In addition, the newly arrived slaves added to the city's African population. Dessalines was proclaimed "Emperor for Life" by his troops. Dessalines at first offered protection to the Europeans; but once in power as emperor, he ordered the massacre of most Europeans, without regard to age or gender. In the continuing competition for power, he was assassinated on 17 October 1806. The country was then divided between the Kingdom of Haiti in the north directed by Henri I; and a republic in the south directed by Alexandre Pétion, an homme de couleur. Henri Christophe established a semi-feudal corvée system, with a rigid education and economic code. Simón Bolívar received military and financial assistance from the Haitian president Pétion, which were critical in enabling him to liberate the Viceroyalty of New Granada. Beginning in 1821, President Jean Pierre Boyer, also an homme de couleur and successor to Pétion, managed to reunify the two parts of St. Domingue and extend control over the western part of the island. The American Colonization Society (ACS), encouraged free blacks from the United States to emigrate to Haiti. Starting in September 1824, more than 6,000 American free black people migrated to Haiti, with transportation paid by the ACS.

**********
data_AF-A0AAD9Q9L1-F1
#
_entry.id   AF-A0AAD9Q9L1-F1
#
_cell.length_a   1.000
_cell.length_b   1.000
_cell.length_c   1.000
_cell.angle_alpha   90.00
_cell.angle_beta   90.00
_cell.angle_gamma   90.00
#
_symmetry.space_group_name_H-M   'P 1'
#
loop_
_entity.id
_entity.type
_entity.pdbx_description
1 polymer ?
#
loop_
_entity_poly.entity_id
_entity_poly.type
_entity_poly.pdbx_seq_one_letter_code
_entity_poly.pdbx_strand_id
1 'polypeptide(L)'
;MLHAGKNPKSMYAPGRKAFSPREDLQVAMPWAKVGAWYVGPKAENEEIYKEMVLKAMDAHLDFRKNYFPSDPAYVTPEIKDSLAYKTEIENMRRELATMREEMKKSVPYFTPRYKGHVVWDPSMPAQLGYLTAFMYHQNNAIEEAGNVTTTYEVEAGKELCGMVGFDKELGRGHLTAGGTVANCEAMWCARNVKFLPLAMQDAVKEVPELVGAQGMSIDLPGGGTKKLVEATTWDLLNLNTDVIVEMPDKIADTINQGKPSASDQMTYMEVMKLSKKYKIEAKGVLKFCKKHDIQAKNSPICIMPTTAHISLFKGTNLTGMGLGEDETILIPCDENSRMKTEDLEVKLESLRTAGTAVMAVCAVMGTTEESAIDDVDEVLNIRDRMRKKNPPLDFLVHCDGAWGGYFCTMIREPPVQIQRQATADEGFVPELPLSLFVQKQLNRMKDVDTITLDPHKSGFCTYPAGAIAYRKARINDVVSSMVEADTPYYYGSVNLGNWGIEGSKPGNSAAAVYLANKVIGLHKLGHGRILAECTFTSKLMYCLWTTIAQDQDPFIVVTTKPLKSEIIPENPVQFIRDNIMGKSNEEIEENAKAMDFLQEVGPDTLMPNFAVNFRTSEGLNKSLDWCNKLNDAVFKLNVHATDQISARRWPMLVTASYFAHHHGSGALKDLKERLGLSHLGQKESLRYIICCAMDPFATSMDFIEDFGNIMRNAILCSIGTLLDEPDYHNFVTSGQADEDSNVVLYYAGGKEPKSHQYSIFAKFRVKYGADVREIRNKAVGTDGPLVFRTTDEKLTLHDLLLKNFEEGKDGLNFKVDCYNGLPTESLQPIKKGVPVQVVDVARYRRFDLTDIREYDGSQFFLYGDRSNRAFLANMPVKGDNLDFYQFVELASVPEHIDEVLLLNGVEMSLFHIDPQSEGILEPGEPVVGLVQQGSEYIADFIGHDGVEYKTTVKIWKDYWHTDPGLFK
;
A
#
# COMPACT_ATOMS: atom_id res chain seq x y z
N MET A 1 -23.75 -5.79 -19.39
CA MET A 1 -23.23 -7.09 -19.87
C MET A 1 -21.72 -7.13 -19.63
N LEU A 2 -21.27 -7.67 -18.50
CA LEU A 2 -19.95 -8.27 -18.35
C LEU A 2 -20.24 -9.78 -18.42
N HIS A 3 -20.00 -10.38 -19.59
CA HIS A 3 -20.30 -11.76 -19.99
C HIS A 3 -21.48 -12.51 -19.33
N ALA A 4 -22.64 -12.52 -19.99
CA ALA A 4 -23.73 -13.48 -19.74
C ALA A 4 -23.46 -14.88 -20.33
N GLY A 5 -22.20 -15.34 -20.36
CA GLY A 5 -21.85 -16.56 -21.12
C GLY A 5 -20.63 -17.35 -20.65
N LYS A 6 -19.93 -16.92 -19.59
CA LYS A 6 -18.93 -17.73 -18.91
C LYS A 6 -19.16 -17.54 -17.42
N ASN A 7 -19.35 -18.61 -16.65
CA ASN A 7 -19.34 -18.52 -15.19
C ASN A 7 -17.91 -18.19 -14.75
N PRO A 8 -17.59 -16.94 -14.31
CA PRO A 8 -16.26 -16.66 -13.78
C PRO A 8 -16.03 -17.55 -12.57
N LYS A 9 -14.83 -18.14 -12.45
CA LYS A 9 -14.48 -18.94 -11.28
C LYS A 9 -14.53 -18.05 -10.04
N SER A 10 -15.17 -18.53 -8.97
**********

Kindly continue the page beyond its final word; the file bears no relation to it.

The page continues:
In July 1825, King Charles X of France sent a fleet to reconquer the island. Under pressure, President Boyer agreed to a treaty by which France formally recognized the independence of the nation in exchange for a payment of 150 million francs (reduced to 90 million in 1838). After losing the support of Haiti's elite, Boyer was ousted in 1843. A long succession of coups followed his departure to exile. Expatriates bankrolled and armed opposing groups. This ebb and flow of political power would continue to the present day. Haiti's regional, historical, and ethno-linguistic position is unique for several reasons. It was the first independent nation of Latin America and the Caribbean, the first black-led republic in the world, and the second republic in the America. Haiti is the only predominantly Francophone independent nation in the Americas. It is one of only two independent nations in the Americas (along with Canada) to designate French as an official language; the other French-speaking areas are all overseas départements, or collectivités, of France.
Information and photos from Wikipedia.com